Sydney’s Central Station to get $350 million makeover

A long strip of glass panels in the roof over the grand concourse at Sydney’s Central Station will be the centrepiece of a $350 million revamp of the main building, aimed at turning the transport hub into a destination in its own right.

Modelled on St Louis’s Union Station in the US, the grand dame of Sydney’s sprawling rail network – Central’s sandstone terminal building – will undergo the major facelift over the next three years, part of which will involve revitalising the area immediately around it.

An artist’s impression of the glass panels in the roof over Central Station’s grand concourse.Credit:NSW government

The plans for Eddy Avenue – at the northern end of the station – include the opening of 15 pop-up outlets in vacant shops along the strip and Eddy Plaza, which forms the main entrance to Central from nearby Belmore Park. A pop-up cinema for about 80 people will also be opened within the next two weeks in a bid to rejuvenate the area.

Infrastructure and Cities Minister Rob Stokes said the installation of glass panels in the roof over the grand concourse abutting the main building would reinstate long-forgotten views of the heritage clock tower and natural light.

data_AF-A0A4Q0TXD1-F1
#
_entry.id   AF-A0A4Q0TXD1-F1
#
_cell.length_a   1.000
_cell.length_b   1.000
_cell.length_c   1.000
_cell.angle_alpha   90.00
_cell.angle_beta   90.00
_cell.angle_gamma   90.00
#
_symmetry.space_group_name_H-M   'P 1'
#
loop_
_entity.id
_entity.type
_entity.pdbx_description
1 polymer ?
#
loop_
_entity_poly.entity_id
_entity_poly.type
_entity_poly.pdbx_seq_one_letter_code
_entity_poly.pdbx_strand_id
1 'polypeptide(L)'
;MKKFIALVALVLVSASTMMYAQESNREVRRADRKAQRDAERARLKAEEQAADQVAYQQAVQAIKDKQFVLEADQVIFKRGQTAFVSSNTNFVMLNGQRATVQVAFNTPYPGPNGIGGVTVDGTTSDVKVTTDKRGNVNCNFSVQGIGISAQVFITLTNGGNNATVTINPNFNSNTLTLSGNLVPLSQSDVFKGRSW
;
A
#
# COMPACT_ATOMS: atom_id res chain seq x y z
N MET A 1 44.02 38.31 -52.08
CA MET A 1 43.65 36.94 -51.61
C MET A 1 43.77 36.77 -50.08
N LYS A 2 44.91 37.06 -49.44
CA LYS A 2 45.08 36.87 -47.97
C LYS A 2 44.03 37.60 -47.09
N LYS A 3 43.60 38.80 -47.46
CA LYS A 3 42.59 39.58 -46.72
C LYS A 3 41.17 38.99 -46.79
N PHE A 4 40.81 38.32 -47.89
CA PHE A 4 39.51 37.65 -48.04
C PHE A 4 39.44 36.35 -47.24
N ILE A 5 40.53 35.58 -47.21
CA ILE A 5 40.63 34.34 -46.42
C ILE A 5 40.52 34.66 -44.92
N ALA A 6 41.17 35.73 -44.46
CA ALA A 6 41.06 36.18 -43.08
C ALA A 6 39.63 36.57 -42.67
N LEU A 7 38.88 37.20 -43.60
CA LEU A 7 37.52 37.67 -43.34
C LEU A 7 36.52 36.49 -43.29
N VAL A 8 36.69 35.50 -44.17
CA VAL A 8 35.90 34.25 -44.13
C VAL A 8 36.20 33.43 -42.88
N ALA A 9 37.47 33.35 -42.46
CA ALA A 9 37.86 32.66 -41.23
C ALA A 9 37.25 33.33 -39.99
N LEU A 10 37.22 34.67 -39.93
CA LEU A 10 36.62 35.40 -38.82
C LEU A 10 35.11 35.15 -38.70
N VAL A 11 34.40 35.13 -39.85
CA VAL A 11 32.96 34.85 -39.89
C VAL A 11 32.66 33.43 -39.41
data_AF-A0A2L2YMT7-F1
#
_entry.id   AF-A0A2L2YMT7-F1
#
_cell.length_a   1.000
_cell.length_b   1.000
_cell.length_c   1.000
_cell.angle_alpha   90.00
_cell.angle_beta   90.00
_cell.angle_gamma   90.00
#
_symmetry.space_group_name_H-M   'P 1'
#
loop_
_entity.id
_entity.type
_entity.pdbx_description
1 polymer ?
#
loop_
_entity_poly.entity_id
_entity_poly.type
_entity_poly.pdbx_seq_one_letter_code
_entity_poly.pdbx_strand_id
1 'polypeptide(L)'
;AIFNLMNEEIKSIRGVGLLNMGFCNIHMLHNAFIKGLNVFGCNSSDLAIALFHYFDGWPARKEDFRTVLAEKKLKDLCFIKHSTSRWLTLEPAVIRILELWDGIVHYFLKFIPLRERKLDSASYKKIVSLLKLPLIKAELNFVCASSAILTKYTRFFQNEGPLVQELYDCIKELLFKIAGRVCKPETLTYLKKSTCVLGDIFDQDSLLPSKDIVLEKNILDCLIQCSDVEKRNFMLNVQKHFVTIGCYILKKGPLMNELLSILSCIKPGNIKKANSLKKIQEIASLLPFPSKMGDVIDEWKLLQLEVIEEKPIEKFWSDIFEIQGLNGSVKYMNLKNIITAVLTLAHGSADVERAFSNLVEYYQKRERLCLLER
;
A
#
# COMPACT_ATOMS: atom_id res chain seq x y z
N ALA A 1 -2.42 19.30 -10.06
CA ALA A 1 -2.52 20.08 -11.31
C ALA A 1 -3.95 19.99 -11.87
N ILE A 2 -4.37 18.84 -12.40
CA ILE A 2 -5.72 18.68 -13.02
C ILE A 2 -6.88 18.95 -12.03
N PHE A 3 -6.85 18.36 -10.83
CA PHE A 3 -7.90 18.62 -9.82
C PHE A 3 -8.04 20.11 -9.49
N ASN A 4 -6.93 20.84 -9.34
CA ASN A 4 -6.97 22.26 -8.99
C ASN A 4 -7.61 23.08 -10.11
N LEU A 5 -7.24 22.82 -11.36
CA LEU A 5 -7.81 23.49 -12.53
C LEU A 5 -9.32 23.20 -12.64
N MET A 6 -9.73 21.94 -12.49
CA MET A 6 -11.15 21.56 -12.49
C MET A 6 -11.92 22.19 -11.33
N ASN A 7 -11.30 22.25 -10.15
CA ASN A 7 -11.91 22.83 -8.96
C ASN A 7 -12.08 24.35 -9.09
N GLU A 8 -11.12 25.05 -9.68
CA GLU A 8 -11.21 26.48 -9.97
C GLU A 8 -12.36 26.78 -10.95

“Over time there’s been so many ad hoc and incremental changes. [The project is] about restoring the glass [and] bringing the light back in which will just highlight all the extraordinary heritage features of the station,” he said. “We want to make it a real destination.”

He cited a royal commission in 1907 that found the station was cut off from the rest of the city.

“We want to correct that. We have a vision to turn Central into Sydney’s centrepiece and the first stage of that is pressing ahead with the renewal of one of Sydney’s historic landmark buildings,” he said.

Infrastructure and Cities Minister Rob Stokes at the top of Central Station’s clock tower.

Infrastructure and Cities Minister Rob Stokes at the top of Central Station’s clock tower.Credit:Dean Sewell

The government is seeking planning approval for the restoration of the terminal building by the middle of next year, and expects the work to be completed in 2026, in time for its 120th anniversary. As part of the plans, two extra escalators will be put in to improve access to Eddy Avenue and the plaza, and a historic loading dock turned into a marketplace.


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